So what do scammers want with your child’s Social Security Number (SSN) or PII? They use this information to apply for credit, take out loans or open bank accounts in your child’s name.
Once a scammer or hacker has stolen your child’s SSN, they can file for government benefits, commit tax fraud, or even use it as leverage later in life.
The aftermath when your child becomes an adult is a ruined credit record before they’re old enough to apply for bank accounts or loans. Your child could be denied financial aid, employment or have ruined credit, all due to unpaid debts that accrued as a result of identity theft.
What Can you Do to Protect Your Children & Yourself?
The goal here is to help you and your child not become victims of identity theft, and to prepare you for when it does happen.
Avoid sharing personal details about your child. Back-to-school photos are cute, but make you target rich for scammers and predators. Every detail is a tool to get to know you, your child, and your life.
Leave off any information about your kids’ school. Sharing the name of the school seems harmless enough, but it’s another data point straight to you and your family.
It’s quite common for people to use details about their children as answers to security questions for banking or credit cards, and scammers are counting on you making it easier for them to hack you.
Use strong passwords, instead of easy to remember ones based on your children or pet’s names.
Watch out for fake friend requests. Don’t accept friend requests from people you don’t know, but also ensure your children aren’t accepting unknown friend requests on their gaming apps and social media apps.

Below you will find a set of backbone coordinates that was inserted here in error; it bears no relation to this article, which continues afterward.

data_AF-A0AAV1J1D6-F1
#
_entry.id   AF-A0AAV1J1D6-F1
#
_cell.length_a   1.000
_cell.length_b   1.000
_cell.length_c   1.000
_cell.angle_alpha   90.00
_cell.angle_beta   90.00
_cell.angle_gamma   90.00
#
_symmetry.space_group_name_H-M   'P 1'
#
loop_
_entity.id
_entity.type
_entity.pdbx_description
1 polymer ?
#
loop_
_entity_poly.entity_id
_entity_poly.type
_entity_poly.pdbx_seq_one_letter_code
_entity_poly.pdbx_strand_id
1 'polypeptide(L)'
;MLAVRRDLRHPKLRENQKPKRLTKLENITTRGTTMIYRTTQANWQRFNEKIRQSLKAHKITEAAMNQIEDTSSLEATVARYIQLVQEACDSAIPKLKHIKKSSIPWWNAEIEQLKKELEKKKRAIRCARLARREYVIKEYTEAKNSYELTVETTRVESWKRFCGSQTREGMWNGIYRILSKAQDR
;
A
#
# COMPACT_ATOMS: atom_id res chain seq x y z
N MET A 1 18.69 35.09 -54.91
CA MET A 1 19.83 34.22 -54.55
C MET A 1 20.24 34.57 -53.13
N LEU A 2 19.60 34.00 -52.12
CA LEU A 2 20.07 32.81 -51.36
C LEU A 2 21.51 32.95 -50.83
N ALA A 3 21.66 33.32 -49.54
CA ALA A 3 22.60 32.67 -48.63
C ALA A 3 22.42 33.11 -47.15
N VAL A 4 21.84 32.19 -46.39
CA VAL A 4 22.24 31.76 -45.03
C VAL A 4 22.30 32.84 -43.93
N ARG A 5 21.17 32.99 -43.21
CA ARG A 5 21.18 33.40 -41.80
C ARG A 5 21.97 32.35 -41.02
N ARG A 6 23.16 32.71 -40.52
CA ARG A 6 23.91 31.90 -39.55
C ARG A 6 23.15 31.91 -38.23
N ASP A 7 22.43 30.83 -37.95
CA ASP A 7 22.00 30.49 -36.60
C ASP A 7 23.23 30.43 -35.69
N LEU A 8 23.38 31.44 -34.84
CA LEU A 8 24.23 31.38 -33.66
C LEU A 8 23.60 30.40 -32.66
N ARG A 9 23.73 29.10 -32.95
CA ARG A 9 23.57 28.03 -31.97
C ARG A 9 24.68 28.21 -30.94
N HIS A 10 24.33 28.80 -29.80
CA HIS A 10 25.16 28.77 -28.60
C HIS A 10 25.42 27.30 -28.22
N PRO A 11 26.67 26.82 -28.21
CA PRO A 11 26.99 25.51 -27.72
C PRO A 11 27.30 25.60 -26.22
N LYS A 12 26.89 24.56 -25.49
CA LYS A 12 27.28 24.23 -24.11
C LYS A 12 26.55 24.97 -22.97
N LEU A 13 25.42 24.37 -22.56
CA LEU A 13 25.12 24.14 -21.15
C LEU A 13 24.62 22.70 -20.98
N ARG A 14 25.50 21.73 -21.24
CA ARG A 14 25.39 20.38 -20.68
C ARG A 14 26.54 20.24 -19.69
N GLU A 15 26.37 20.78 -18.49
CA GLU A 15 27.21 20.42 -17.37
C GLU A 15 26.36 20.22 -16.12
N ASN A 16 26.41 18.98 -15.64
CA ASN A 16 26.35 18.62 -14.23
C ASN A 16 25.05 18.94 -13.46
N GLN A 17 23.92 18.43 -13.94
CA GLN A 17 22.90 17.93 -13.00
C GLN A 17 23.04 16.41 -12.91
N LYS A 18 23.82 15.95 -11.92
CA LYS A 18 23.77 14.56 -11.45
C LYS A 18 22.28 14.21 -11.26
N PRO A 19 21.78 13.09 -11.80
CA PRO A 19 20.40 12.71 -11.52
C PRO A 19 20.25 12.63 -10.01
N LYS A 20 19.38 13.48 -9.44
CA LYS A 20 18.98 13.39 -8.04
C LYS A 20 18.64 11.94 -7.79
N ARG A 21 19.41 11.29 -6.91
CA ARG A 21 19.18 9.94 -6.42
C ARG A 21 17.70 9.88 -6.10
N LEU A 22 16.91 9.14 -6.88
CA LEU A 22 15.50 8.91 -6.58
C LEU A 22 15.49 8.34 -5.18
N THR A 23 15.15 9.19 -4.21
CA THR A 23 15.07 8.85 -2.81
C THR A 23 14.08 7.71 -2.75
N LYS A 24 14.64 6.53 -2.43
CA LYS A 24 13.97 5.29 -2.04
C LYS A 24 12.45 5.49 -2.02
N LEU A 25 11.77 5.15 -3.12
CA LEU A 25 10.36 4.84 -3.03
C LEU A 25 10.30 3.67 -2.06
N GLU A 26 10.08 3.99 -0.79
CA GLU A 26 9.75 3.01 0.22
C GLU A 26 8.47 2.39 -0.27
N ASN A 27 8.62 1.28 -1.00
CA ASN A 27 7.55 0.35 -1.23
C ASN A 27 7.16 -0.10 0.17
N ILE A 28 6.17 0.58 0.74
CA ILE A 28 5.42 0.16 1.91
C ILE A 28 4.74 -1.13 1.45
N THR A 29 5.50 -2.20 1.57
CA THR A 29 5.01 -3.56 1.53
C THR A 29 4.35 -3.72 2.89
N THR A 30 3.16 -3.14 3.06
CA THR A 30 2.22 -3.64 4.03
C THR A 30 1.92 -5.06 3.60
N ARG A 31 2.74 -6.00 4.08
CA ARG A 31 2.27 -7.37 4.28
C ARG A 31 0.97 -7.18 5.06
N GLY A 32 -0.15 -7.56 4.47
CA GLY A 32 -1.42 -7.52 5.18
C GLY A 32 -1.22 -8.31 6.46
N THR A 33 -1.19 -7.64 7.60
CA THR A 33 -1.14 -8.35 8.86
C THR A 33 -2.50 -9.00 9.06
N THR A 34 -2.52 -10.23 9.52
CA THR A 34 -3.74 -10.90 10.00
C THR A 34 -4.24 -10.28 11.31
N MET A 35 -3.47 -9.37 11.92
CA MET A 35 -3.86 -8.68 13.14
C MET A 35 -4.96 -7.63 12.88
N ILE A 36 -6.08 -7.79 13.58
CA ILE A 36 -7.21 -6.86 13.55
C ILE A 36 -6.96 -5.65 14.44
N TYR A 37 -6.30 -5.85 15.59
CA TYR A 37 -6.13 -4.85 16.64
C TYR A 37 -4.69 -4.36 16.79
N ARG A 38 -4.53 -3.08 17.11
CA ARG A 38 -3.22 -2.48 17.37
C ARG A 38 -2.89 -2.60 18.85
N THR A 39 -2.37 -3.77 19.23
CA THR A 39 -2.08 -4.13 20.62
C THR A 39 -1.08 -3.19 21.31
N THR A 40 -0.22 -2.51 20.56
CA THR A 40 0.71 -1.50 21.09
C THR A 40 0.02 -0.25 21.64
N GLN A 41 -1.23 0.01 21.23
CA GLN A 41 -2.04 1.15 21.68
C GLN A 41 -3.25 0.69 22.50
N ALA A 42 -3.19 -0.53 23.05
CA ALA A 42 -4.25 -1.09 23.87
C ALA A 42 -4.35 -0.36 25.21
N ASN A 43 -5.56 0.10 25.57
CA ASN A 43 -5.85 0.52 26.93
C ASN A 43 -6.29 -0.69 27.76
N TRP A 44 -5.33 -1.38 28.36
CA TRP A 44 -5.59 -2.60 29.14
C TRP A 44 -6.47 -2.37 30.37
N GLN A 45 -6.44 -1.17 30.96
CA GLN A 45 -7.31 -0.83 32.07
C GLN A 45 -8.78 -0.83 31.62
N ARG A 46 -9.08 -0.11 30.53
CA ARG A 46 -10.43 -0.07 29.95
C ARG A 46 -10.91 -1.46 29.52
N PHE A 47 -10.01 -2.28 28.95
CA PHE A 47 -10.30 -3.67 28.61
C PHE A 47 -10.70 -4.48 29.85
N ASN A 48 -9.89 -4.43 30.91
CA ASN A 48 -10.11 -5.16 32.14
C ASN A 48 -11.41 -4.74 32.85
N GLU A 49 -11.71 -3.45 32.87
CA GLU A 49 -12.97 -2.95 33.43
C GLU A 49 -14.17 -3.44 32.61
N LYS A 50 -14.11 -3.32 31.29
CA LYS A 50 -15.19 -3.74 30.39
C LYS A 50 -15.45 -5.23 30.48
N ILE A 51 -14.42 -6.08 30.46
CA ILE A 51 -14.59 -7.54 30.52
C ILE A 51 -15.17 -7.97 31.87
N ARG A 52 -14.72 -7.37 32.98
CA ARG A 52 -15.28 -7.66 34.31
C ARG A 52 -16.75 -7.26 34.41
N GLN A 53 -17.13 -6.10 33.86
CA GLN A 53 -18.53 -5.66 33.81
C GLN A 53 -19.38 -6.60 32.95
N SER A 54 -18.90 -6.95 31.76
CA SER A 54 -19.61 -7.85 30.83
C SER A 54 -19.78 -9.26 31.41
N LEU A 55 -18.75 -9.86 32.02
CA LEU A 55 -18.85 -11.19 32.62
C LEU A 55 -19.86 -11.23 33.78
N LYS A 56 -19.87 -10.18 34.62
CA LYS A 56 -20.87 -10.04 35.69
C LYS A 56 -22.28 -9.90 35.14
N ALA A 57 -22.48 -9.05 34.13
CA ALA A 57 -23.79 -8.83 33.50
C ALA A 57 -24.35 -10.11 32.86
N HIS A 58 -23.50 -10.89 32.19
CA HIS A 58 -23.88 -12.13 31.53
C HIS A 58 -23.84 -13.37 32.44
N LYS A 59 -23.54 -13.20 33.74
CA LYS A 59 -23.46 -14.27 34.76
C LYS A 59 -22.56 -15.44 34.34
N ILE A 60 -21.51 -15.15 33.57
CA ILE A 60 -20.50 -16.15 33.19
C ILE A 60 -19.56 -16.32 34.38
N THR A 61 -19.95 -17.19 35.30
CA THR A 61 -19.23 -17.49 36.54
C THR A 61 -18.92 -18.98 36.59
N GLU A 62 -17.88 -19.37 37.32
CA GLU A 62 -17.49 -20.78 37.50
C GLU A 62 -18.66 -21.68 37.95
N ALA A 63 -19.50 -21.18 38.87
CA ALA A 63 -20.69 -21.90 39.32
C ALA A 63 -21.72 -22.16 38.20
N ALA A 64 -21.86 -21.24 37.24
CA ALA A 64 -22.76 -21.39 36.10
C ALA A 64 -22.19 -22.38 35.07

Double check your privacy settings across all your socials. Review your account privacy setting regularly, and restrict who can see your posts. You may want to remove identifying information others can see, including telephone numbers or address.
Check your own credit report annually with the three major credit bureaus (TransUnion, Experian & Equifax) and consider a security freeze on your credit accounts. You can remove the freeze temporarily if need to open a bank account or credit card.
Another small but simple thing you can do is check your bank statements regularly for any odd transactions. Oftentimes the scammers will get your information first, and then your child’s.
Additional steps you can take, put a credit freeze of your child’s credit with the three major credit reporting agencies.
Use parental controls where appropriate on devices and, secure your child’s mobile devices (two-factor authentication, pin codes).
Wipe devices before giving them away or recycling them.
Restrict what you and your children share online and teach your children to protect their information.
If you suspect you or your child’s identity was stolen, you can get help at https://www.identitytheft.gov
The site helps you put together a recovery plan and checklist on steps to take immediately if you believe identity theft has occurred.
Don’t forget to file a police report once you’ve got your identity theft report from the Federal Trade Commission’s Identity Theft Gov site.
Keep in mind this information is generic in nature, and may not represent your particular situation.
Sources: Better Business Bureau, https://www.joinsaturn.com/blog/keeping-students-safe-on-saturn